Coming April 2018
Gina Beaufort Kelley, newly licensed boss of Fidelity Investigations, has her first case: stalking Steven Morton, the (perhaps) philandering husband of Gina’s divorce attorney, Diana Morton.
University professor Steven is spending significant time with one of his students. And when the young woman goes missing, and the old lady in the house next door is murdered, Steven himself is nowhere to be found.
Did Steven and his student run away together? Did one of them kill the nosy neighbor? Or is something more sinister going on?
Add in Gina’s gung-ho assistant, a sexy homicide detective who doesn’t necessarily like private investigators—although he seems to like Gina—and a mischievous dog that was a witness to a crime, and Gina has her hands full solving her first bona fide investigation.
I was minding my own business, sitting there in my incognito black SUV, innocently parked on a quiet street in what’s called ‘an established neighborhood,’ when a sudden rap on the window made me jump in my seat. My heart leaped up onto my tongue and kept banging there, and it took some effort to get it back down where it belonged.
When I turned in the direction of the rapper, I was faced with a badge and an ID-card, held against the window.
The badge was shiny, and had Metropolitan Nashville Police Department stamped on it.
The ID card next to it was almost equally shiny. The picture showed a man in his early thirties, with black hair and the frozen expression people have in official photos. Although he looked considerably less handsome in the picture than I knew him to be in life, I didn’t need to check the name on the card to recognize him.
I powered down my window, as the badge and ID disappeared into the pocket of a very nice suit. Armani. “Detective,” I said politely. “Long time, no see.”
“Three weeks,” Jaime Mendoza answered, putting an arm on the top of my car and leaning down to peer inside. “What are you doing, Mrs. Kelly?”
Eyes the color of melting chocolate took in the interior of my car. Empty back seat—cream colored leather—and a passenger seat with a manila folder, a notebook and pen, a digital camera, and a textbook. The name on the book was Private Investigating for Dummies.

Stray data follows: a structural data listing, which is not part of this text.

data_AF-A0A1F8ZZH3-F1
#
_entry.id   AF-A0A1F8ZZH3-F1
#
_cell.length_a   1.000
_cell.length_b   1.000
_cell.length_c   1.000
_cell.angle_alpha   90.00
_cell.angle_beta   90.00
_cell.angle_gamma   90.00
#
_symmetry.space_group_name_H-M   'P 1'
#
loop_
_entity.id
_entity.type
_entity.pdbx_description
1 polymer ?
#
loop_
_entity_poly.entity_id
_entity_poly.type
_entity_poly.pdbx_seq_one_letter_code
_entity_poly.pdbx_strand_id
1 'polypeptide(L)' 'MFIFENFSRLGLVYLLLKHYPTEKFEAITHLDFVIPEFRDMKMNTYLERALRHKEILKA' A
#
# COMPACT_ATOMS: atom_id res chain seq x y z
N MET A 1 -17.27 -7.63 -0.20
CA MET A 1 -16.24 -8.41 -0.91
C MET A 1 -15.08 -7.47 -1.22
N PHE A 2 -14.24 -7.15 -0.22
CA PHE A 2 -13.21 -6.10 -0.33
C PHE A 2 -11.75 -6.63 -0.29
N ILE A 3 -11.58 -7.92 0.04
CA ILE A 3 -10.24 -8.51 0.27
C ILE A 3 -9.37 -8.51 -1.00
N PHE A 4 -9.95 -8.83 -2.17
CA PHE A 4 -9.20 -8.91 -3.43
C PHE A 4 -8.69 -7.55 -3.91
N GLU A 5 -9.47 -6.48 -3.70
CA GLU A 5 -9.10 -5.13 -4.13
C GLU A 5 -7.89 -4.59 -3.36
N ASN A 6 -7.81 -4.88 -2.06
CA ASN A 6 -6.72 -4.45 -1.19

“You’re kidding me,” Mendoza said.
I had known this was coming. Diana Morton—my divorce attorney and current client, and the reason I was sitting here on this quiet street in the middle of the afternoon—had warned me that Mendoza didn’t approve of PIs. Something about his ex-wife hiring one, and then marrying him.
The PI, not Mendoza.
I didn’t know all the details, and had resisted the temptation to use my newly-acquired skills to figure them out. But I’d been waiting for this. Diana had told me that Mendoza would be unhappy when he heard about my new career.
“No, Detective,” I told him. “I’m not kidding. I qualified for my license last week. I’m turning David’s office on Music Row into a PI firm. Fidelity Investigations.”
His mouth curved at that. “That’ll serve him right.”
I smiled back. “I think of it as poetic justice.”
David, who became my late husband just in time to avoid becoming my ex, had left me for a twenty-five-year-old Salma Hayek lookalike a few months ago, and had managed to get himself killed shortly thereafter. Mendoza had been the homicide detective in charge, which was how we met. I’d been the obvious suspect, and I’ll always be grateful to him for digging deeper instead of just slapping handcuffs on me.
“Rachel is helping me run the office,” I added, “David’s administrative assistant, remember? And Zachary is doing the computer searching and online marketing and such.”
“I thought he was waiting to apply to the police academy when he turns twenty-one,” Mendoza said.
I nodded. “He still wants to do that. But he figures working for a private investigator will look better on his resume than being the doorman at the Apex.”
Mendoza looked doubtful, and considering that the PI in question—me—had had her license for all of six days, maybe he had cause.
“We have our first case,” I added. “Diana hired me to stalk… I mean, follow her husband around.”
Mendoza arched his brows. “She thinks Steven’s cheating?”
“She isn’t sure. That’s why she wants me to follow him. To find out.”
“So what are you doing here?” I added. “Not that it isn’t nice to see you, of course.”
That got me a smile, complete with dimples and a corresponding surge of appreciation in my stomach. Mendoza is way too handsome for his own good—or at least too handsome for mine. He’s close to a decade younger than me, and even just lusting after him in the privacy of my own mind is questionable. Lusting at all, at forty, might be a no-no.
“A call came in to the 911 hotline,” he told me, “about a suspicious vehicle on this street.”